While the prospect of a summer tentpole like Tenet or Mulan coming out this year seems like an increasingly unlikely proposition, cinema in 2020 isn’t dead: We can always rely on a glorious, constantly growing trash heap of VOD releases. They aren’t all necessarily bad—in fact, some studios have sent some destined-for-theaters films down the on-demand route instead of pushing them to come out in 2021; shout-out Scoob!—but more often than not they can be under-the-radar disasterpieces. Enter Money Plane.
With the tagline “An explosive casino heist in the sky,” Money Plane is exactly what it sounds like: a tired collection of action-movie tropes featuring an inspired group of washed actors just here for the check. (We love you, Thomas Jane and Denise Richards.) Have you ever wanted to see Kelsey Grammer smoke a cigar and fire rounds from an AK-47 like a mid-tier Grand Theft Auto villain? Spoiler alert:
I say this with the utmost endearment: Money Plane is terrible. You need only to look at this horrendously Photoshopped poster or peruse the film’s run time (it’s 82 minutes with credits!) to know how aggressively everyone from the director on down phoned this bad boy in. Money Plane is the filmmaking equivalent of a college senior knowing he needs a C- to graduate and doing the bare minimum to get there. It’s so lazily written that most of the confounding storytelling choices are more interesting than what’s happening on the screen. That’s pretty hard to accomplish when your movie is about an attempt to rob a flying casino of over $1 billion in cryptocurrency led by WWE’s Edge.
Now, you could spend money to rent Money Plane right now—I won’t judge; I’ve paid to see The Room multiple times. But on the off-chance you don’t want your hard-earned cash going to a premise that sounds like something your 10-year-old nephew came up with after pounding a few Mountain Dews, you could just read my nine most pressing questions about Money Plane, Grammer’s heat check, and what constitutes great art.
Why is the audience not allowed to know where anything is located?
Money Plane begins with an elite description: “Art Museum.” What kind of art museum, you might wonder? Where is this place? Why does it look like a dinky warehouse and not a place where you store artwork valued at millions of dollars? These mysteries are never resolved, because suddenly we’re watching Jack Reese (WWE’s Edge) try to steal a painting worth $40 million from what looks like the Meatpacking District. He does not succeed, but he and his team escape the scene. (The painting was already missing, and they were compromised.)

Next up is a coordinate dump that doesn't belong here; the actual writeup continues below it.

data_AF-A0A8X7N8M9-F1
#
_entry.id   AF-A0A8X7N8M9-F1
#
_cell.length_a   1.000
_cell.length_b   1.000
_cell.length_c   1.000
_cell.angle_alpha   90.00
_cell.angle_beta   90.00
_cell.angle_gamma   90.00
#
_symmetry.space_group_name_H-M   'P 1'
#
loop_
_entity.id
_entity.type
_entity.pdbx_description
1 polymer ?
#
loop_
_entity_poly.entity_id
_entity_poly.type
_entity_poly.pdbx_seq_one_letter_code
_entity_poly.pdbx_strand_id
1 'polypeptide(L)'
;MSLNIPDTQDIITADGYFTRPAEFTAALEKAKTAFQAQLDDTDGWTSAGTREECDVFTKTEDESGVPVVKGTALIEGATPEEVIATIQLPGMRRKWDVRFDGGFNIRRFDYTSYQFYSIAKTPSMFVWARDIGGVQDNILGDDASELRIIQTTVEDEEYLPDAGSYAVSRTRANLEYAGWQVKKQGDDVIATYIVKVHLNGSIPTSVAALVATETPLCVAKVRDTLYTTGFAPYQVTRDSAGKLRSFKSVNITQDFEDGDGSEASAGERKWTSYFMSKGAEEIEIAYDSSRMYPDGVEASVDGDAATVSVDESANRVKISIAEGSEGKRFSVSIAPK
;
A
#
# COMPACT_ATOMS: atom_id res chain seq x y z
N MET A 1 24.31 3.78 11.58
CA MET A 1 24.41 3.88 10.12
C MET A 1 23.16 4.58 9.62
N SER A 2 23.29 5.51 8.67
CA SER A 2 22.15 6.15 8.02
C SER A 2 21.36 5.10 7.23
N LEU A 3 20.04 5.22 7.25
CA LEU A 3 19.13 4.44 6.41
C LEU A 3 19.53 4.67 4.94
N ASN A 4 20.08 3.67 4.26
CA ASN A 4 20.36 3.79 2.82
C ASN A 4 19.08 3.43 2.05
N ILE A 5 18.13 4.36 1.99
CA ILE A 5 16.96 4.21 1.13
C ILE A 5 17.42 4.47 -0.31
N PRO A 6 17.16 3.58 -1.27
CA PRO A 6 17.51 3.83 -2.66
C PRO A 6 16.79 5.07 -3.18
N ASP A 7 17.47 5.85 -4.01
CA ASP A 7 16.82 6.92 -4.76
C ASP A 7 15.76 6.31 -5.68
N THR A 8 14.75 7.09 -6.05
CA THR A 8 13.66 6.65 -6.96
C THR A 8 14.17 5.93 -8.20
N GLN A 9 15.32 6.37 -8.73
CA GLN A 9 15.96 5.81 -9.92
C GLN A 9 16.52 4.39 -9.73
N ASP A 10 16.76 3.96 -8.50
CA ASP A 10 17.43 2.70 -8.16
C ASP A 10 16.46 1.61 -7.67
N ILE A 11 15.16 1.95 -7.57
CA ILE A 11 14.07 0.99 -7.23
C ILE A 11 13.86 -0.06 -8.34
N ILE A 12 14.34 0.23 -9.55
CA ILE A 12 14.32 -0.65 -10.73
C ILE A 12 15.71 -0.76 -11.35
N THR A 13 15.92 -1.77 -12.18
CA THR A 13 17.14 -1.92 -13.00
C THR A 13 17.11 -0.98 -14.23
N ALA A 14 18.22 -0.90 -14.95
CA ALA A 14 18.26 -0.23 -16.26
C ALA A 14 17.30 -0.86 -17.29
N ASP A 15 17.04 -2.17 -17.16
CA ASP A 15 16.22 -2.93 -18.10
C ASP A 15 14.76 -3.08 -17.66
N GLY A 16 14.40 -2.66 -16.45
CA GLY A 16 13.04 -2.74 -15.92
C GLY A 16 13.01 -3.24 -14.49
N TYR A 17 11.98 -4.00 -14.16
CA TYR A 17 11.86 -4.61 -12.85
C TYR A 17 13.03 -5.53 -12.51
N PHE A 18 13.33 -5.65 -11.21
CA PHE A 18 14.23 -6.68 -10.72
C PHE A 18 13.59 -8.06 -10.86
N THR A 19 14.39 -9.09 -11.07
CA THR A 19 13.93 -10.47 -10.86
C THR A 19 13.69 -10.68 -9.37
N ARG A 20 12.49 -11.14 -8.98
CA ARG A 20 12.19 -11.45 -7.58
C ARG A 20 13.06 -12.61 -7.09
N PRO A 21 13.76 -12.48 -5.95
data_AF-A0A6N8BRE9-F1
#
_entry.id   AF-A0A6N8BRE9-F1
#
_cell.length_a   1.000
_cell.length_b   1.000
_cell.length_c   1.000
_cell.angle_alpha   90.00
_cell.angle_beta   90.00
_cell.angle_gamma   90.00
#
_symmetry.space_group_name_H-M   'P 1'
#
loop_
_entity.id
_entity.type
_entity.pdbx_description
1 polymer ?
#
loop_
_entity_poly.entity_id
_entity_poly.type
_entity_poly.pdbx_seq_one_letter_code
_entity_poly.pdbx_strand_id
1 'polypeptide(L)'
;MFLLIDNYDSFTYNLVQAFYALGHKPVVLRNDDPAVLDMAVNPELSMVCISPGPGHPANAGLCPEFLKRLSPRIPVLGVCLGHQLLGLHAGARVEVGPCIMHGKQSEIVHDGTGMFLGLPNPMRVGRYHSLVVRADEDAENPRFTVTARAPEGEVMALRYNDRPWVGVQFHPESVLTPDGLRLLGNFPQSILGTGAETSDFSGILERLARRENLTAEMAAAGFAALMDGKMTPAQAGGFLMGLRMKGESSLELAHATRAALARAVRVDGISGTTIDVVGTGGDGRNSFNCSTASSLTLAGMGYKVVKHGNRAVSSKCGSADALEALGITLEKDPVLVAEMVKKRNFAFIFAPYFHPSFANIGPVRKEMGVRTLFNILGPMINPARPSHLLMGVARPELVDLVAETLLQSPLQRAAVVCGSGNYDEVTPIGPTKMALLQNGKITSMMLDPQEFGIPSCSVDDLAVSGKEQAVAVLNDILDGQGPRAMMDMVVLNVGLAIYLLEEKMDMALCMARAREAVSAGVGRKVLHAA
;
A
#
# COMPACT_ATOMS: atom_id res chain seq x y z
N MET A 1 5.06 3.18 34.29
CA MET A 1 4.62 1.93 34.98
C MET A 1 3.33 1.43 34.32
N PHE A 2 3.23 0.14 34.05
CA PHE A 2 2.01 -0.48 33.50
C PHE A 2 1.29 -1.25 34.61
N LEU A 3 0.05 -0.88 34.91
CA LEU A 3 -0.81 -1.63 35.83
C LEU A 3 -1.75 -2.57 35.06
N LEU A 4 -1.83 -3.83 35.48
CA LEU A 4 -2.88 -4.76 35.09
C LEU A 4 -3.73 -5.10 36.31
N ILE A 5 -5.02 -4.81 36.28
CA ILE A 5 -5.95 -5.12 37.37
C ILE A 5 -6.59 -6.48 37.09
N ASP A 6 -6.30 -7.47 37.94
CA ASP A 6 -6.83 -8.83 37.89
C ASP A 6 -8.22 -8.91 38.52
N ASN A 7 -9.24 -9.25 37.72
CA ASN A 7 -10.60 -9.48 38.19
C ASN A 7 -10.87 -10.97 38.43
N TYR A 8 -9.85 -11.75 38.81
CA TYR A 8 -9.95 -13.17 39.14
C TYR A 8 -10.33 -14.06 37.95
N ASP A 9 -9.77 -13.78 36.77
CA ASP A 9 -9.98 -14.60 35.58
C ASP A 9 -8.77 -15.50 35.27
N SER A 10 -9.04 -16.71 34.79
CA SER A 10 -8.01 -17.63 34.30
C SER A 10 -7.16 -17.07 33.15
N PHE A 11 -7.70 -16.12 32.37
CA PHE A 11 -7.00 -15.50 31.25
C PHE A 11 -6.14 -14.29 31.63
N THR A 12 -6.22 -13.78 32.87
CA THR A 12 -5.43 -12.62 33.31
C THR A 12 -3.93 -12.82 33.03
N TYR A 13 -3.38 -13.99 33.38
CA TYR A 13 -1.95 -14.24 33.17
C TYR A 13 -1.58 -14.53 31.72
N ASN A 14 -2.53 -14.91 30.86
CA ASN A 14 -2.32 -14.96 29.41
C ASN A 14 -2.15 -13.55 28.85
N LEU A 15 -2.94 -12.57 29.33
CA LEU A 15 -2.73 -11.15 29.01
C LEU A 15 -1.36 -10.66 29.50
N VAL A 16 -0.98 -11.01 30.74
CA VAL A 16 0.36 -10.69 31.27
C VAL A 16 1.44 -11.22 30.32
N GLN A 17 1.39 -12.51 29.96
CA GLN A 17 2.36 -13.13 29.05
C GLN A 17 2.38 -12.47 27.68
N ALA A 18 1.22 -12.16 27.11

This news does not please [Checks notes. Checks drink for pill residue.] Darius Emmanuel Grouch III (Grammer), the man who hired Jack’s team for the job and who is a kingpin of some sort. It appears that Jack—who has some kind of military background—racked up a huge gambling debt, which Grouch paid off, and is doing these elaborate heists to pay off his debts and keep his family safe from Grouch’s wrath. (His wife, who is seen for approximately three minutes of the film, is Denise Richards.) Since the art heist was a dud, Grouch offers Jack one more chance at redemption: Rob the infamous Money Plane of the criminal underworld for its billion-dollar crypto fortune, and he’ll be off the hook. Where is Money Plane’s Money Plane located? Sorry, that’s also classified as “undisclosed.”
I have no answer as to why we only get vague descriptions of locations: It’s not like Money Plane is a documentary about the Illuminati and the only way the film crew got to record everything was to keep the audience in the dark about where any of this takes place. (Right?) The place where the plane takes off is also known as “Money Plane Terminal,” which seems like a pretty clear tip to authorities who want to capture those responsible for a supposedly elusive underworld operation. It’s like a legit airport terminal and everything!
To be clear, stealing from the Money Plane is Jack’s “One Last Job”?
You fucking bet it is.
Does Darius Emmanuel Grouch III appreciate the arts?
This is a complicated one. While he calls Andy Warhol, Willem de Kooning, and Jackson Pollock a “bunch of bitches” (!!!!), Grouch does appear to care about adding to his art collection. The piece in question, the one missing from the warehouse—sorry, “Art Museum”—is known as the Disturbing Duckling. Sure, Disturbing Duckling sounds like a nursery rhyme gone wrong, but it’s also worth so much damn money you could retire for life by selling it.
Clearly, Grouch understands the value of art—but he might not understand the art itself. My dude threatens to blow Jack’s brains out over an empty canvas, which he says would look just like a Pollock. (That’s not how action painting works.) All of which to say: I don’t think Grouch should be trusted on his word; he seems a bit unreliable. He also said you can bet on “a dude fucking an alligator” on the Money Plane.
Can you bet on a dude fucking an alligator on the Money Plane?